Contract Ratification FAQ


What is the contract ratification vote?

The contract ratification vote is when the members of the union democratically determine whether or not to accept the terms of the agreement that has been tentatively agreed to by the university and the union’s elected bargaining committee.


Why is it important to participate?

Huge participation is critical because the university will pay close attention to this vote. When a strong majority of ASEs vote to ratify the contract, the university knows union members are willing to protect and enforce the rights and benefits guaranteed under the contract.


Why should I vote Yes in the contract ratification vote?

The tentative agreement is a very good one that includes a number of improvements to the existing contract. The improvements only go into effect if members vote yes to approve the new contract. Voting yes guarantees that the the terms become a new, fully-enforceable collective bargaining agreement for the next 3 years.


What happens if the result of the vote is No (not to ratify the contract)?    

If a majority of voters vote No, the offer from the university would not be approved as a new contract.  We would then return to negotiations and would certainly attempt to reproduce the terms we won on April 30; however the likelihood is that we would not reach the same deal without significant additional mobilization.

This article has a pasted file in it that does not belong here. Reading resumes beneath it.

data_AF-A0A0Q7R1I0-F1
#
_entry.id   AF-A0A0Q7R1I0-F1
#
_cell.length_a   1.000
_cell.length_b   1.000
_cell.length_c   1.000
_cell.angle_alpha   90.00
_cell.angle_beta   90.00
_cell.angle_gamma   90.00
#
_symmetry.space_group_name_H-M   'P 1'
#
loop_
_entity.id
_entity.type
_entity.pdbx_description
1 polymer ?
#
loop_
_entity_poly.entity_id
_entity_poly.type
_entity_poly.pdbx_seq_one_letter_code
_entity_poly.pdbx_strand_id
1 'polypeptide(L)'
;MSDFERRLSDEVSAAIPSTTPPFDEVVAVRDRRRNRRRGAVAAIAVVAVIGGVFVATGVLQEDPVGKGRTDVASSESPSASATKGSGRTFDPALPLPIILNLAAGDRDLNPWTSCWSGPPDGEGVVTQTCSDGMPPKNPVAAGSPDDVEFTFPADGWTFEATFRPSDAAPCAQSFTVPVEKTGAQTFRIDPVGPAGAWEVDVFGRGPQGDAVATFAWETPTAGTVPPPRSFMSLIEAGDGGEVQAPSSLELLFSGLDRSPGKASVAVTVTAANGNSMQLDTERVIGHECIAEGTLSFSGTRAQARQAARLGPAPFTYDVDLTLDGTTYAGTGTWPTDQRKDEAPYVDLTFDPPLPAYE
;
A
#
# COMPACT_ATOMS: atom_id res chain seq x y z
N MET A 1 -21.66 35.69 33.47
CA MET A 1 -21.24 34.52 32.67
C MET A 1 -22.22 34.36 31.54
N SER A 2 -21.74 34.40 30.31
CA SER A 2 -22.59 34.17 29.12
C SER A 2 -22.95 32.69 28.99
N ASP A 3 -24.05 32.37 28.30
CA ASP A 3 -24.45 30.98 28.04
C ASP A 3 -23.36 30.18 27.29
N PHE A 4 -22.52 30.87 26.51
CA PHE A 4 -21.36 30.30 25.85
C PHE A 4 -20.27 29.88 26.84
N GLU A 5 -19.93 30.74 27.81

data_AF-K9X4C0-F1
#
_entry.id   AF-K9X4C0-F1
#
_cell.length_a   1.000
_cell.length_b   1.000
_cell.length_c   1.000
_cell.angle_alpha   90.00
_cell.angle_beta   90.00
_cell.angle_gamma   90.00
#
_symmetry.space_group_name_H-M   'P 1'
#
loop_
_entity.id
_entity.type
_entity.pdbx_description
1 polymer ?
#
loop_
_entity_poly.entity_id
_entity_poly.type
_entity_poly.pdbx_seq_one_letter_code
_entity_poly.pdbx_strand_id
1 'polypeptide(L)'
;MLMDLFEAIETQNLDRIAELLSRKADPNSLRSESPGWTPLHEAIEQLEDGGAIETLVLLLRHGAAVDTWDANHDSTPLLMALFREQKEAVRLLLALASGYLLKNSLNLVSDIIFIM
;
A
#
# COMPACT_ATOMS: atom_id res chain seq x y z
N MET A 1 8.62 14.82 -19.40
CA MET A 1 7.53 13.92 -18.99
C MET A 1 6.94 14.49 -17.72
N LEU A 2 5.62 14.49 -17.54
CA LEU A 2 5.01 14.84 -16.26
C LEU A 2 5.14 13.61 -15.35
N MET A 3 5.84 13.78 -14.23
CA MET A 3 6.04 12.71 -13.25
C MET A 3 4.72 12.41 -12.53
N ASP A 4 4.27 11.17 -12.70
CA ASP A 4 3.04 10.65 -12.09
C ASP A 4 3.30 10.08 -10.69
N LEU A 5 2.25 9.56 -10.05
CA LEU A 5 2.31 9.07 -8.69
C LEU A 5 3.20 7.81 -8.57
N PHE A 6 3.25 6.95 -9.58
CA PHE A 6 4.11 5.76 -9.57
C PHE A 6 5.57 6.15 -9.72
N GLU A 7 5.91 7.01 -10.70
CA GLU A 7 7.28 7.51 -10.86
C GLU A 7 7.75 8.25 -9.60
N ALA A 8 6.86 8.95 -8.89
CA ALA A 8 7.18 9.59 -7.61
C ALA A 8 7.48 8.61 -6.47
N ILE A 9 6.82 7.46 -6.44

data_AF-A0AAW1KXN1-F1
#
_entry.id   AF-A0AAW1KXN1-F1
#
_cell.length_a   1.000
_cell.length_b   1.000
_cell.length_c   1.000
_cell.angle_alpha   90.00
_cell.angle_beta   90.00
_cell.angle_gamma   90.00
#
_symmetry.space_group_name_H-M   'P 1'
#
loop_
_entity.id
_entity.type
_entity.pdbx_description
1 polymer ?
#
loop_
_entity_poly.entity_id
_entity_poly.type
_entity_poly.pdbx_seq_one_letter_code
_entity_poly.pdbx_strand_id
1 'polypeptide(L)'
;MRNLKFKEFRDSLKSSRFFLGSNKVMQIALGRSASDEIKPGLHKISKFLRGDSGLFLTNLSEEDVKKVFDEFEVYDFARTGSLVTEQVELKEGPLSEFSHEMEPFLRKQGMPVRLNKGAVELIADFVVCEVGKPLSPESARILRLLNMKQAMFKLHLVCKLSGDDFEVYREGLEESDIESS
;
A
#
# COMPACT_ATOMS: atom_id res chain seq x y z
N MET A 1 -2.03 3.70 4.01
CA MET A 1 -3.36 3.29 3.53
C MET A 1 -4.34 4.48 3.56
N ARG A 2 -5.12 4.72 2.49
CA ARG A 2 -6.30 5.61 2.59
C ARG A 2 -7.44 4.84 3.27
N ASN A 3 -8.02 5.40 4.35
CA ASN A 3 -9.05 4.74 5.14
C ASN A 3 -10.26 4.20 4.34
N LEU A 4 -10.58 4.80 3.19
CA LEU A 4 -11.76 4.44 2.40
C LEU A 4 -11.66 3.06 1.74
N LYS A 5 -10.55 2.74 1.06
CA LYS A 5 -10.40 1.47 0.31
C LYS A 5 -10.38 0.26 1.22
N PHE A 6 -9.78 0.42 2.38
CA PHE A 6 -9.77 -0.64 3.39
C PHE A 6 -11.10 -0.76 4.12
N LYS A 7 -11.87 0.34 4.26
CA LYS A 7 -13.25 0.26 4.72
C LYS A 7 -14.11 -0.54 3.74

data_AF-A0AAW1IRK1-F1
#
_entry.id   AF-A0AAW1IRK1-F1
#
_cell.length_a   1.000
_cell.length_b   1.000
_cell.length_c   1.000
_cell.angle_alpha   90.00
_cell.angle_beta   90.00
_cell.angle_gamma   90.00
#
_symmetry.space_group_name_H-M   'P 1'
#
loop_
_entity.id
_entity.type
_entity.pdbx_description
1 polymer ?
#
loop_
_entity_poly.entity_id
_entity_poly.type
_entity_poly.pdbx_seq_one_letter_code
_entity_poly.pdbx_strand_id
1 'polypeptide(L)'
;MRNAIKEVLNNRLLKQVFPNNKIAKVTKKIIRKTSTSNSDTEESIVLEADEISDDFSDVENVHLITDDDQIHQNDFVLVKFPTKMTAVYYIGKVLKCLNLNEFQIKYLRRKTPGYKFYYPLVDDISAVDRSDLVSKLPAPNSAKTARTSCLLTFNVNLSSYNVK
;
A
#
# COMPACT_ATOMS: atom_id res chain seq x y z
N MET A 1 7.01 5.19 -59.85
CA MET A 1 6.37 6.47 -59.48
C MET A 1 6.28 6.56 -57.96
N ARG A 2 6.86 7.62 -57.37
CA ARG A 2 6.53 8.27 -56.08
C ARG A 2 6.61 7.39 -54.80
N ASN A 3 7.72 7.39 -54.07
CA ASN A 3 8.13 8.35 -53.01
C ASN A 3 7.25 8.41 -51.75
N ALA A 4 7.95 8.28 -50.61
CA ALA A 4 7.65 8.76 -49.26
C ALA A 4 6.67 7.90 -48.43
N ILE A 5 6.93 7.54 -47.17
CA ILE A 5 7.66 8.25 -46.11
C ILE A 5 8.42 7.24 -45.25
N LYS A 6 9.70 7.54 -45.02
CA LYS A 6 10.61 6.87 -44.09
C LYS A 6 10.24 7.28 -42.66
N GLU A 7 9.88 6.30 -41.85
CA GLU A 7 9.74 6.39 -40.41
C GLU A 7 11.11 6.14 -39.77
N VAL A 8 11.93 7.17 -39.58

Why did the university change its positions in the final days of bargaining?

Every action by the union membership had a direct impact on the university’s positions and the positive outcome of the agreement. Thousands of ASEs mobilized over the course of the campaign, through signing on to initial demands, taking action on wages, micro-aggressions, health care, fees, voting to authorize a strike, and pushing back against the university’s threatening letter during the strike vote.  All this – plus support from students, staff and faculty – called the question for UW: either agree to a fair contract (that includes improved protections for workplace discrimination, fair wages and fees, and improved transparency in healthcare) or face further actions including the possibility of a campus-wide work stoppage.


In the final days of bargaining the university changed its position on a number of issues. Importantly, the university agreed that they could not unilaterally impose new fees during the life of the agreement.  If students impose any new fees the university would have to bargain over them. In addition, the university agreed to waive the building fee, giving ASEs a full tuition waiver for the first time ever and protecting ASEs from the rising costs of the building fee.


This significant shift was also accompanied by their commitment to raise the minimum wage for hourly ASEs, strengthen health care while maintaining $0 premiums, agree to stronger protections against micro-aggressions and a more inclusive campus environment (e.g. all-gender bathrooms and lactation facilities), and improve child care subsidies.


How did the bargaining committee decide to recommend this agreement to a vote?

On the final day of bargaining, the members of the bargaining committee discussed the university’s final offer in detail, and then presented the offer to the nearly 100 members assembled downstairs at Condon Hall. The committee and members agreed that the offer was a good one, prompting the committee to communicate to UW that we would tentatively agree to the offer pending a vote by the full membership.